United Conservative Party Leader Jason Kenney is ready for the election to be over.
Last week, the calendar flicked closer to three years since he landed back in Alberta and took to the road to begin unifying conservatives.
After his successful bid to unite the Wildrose and Progressive Conservative parties came his battle to win the PC leadership, then the UCP leadership.
He steamrolled through them all, and now he’s vying for premier.
“I’m acutely aware of my flaws and weaknesses, but one of them is not a lack of work ethic. I just put my head down and motor through it,” he told Postmedia in August 2017.
Kenney’s career began with the Alberta Taxpayers Association. He then moved to the Canadian Taxpayers Federation, where he clashed repeatedly with then-premier of Alberta Ralph Klein, before his election in Calgary-Southeast (later renamed Calgary Midnapore) to the House of Commons in 1997.
In federal politics and today, Kenney is known as a workhorse.
His role as immigration minister took him to thousands of events across the country and he rarely stopped, learning choice phrases in languages from Spanish to Tagalog.
When he shakes hands at cultural events, he has brief conversations in an array of languages, and is one of the few politicians in Alberta who takes questions in French.
And yet, people wonder who the 50-year-old is.
That’s been the challenge for the UCP this election — how to make a career politician who has spent the last two decades in Ottawa seem less like a career politician who has spent two decades in Ottawa.
After all, Albertans are famously averse to people from out east telling them what to do.
Queue the slickly produced video featured on Kenney’s Facebook page for the entire campaign. Called “My Hometown,” it takes him back to Wilcox, Sask., population 225.
“I was very fond of growing up in this small, prairie village,” he says while walking the ice-covered streets, one hand in the pocket of his jeans.
Born in Ontario, Kenney landed in the prairie village when his father became president of Notre Dame College, a school famous for a hockey program that churns out NHLers.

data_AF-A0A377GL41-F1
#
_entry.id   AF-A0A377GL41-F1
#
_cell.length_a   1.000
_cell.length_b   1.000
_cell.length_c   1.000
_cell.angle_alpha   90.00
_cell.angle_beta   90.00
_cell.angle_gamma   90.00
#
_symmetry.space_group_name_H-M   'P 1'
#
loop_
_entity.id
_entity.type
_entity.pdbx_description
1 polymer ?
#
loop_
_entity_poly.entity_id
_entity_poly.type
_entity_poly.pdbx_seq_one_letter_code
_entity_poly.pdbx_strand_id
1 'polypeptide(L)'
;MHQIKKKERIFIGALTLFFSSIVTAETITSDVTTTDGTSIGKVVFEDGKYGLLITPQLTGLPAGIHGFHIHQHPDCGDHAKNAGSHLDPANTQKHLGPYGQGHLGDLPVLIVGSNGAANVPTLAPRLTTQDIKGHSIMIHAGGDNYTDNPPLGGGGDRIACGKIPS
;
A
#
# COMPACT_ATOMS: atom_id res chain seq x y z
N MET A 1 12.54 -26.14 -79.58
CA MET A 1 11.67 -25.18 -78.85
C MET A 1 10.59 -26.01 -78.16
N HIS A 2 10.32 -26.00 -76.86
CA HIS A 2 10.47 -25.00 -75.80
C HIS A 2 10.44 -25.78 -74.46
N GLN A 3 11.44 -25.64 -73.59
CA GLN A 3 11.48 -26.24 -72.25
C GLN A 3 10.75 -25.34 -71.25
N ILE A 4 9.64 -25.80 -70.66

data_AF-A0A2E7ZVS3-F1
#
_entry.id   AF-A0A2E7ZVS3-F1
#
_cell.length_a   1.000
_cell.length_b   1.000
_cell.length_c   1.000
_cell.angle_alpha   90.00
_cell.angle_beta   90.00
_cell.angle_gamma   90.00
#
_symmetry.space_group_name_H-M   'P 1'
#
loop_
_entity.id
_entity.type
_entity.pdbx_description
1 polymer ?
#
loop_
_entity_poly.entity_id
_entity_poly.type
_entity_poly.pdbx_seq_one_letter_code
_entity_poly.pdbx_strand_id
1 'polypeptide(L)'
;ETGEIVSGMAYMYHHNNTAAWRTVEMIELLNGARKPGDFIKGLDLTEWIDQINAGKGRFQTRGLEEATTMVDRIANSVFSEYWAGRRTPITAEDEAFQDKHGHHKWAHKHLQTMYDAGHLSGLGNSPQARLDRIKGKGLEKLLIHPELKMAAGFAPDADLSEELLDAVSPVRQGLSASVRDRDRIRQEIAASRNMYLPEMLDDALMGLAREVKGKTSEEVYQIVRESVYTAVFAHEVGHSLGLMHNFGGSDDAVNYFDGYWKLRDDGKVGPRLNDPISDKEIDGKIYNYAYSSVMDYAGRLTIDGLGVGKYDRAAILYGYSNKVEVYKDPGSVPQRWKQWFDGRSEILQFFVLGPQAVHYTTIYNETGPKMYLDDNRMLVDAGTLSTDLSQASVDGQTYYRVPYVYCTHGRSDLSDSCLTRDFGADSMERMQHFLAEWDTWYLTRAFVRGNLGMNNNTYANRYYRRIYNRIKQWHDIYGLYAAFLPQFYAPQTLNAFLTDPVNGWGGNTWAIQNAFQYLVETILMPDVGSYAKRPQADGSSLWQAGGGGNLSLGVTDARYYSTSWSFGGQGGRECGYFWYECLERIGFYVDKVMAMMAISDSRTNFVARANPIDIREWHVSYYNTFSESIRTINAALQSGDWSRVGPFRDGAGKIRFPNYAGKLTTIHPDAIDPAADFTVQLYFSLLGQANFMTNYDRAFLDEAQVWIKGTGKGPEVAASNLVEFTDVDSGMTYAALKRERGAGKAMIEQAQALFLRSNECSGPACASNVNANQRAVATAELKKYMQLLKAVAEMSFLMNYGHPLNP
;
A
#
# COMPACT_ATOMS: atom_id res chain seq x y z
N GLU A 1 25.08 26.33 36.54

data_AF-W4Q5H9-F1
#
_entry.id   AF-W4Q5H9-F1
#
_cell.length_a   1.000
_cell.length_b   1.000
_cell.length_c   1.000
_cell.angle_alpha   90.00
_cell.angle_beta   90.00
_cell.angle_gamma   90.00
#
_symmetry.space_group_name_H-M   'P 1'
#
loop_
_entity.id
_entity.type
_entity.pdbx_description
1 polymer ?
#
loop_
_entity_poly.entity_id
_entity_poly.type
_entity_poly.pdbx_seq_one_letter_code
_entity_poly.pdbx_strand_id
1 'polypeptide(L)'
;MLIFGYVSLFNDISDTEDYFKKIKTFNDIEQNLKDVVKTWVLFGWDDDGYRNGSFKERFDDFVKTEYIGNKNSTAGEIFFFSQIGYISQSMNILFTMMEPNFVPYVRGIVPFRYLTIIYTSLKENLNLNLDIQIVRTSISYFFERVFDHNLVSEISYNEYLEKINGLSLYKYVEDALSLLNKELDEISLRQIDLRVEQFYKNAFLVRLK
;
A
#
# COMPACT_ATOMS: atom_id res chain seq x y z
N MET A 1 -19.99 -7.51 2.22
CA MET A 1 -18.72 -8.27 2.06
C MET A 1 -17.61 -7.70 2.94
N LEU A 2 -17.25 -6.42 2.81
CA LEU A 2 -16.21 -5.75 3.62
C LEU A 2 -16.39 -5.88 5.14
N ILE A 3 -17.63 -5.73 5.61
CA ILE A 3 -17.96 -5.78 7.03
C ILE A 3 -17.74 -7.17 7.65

Unlike many politicians, Kenney doesn’t often mention his family and is famously mum about his private life.
He concentrates on policy and, these days, pipelines, though during the election leaders debate said he got into provincial public service partly because of the 2010 death of his father, Martin Kenney.
Kenney’s grandfather was Mart Kenney, Canada’s foremost Big Band orchestra leader of the 1930s and ’40s. The UCP leader says he has a “whole library” of his grandfather’s records, often sent to him by elderly constituents cleaning out their homes.
His mother lives in Calgary, which came up earlier this year when controversy swirled around his primary residence claim at her retirement home when he was a federal conservative minister.
It’s one of many controversies to dog Kenney of late.
Multiple candidates and people seeking UCP nominations had to step aside over reams of bigoted remarks (anti-Muslim, homophobic, racist, white nationalist, sexist … take your pick).
There’s the ongoing questions around the so-called “kamikaze” campaign, in which rival Jeff Callaway acted as an attack dog against Kenney’s main rival Brian Jean in the UCP leadership race.
Just last week, a business belonging to UCP Calgary-East candidate Peter Singh was searched by the RCMP. For days Kenney avoided reporters seeking comment, but on Sunday briefly confirmed he’s standing by Singh.
Then there are Kenney’s years of battling abortion and gay rights.
Kenney insists his views have changed since his younger days, pointing to his Conservative Party of Canada resolution to alter the definition of marriage from between a man and a woman, or the resettlement program for gay Iranian refugees he implemented when immigration minister.
But years of dogged social conservative politics continue to follow him, including his work to stop dying AIDS patients in San Francisco from seeing their partners.
It didn’t help when his party released its platform, which would roll back some protections for students in gay-straight alliances. Kenney dismissed the resulting protests as nothing more than NDP-provoked, Twitter-based outrage.
Before the writ dropped and during the campaign, the NDP has consistently pumped the narrative that Kenney’s past political fights against vulnerable minorities is a danger to Alberta, but that hasn’t stopped the rise of the UCP in polls.
In places like Sylvan Lake, where Kenney once faced skepticism as he tried to bridge the gap between Alberta’s two conservative parties, he is now received with cheers.
“I’m sleep-deprived, I’m fighting a cold — all the usual stuff. I’m sure the other leaders feel the same way,” he said last week.
“But you just grind through it. It’s the people part that’s fun.”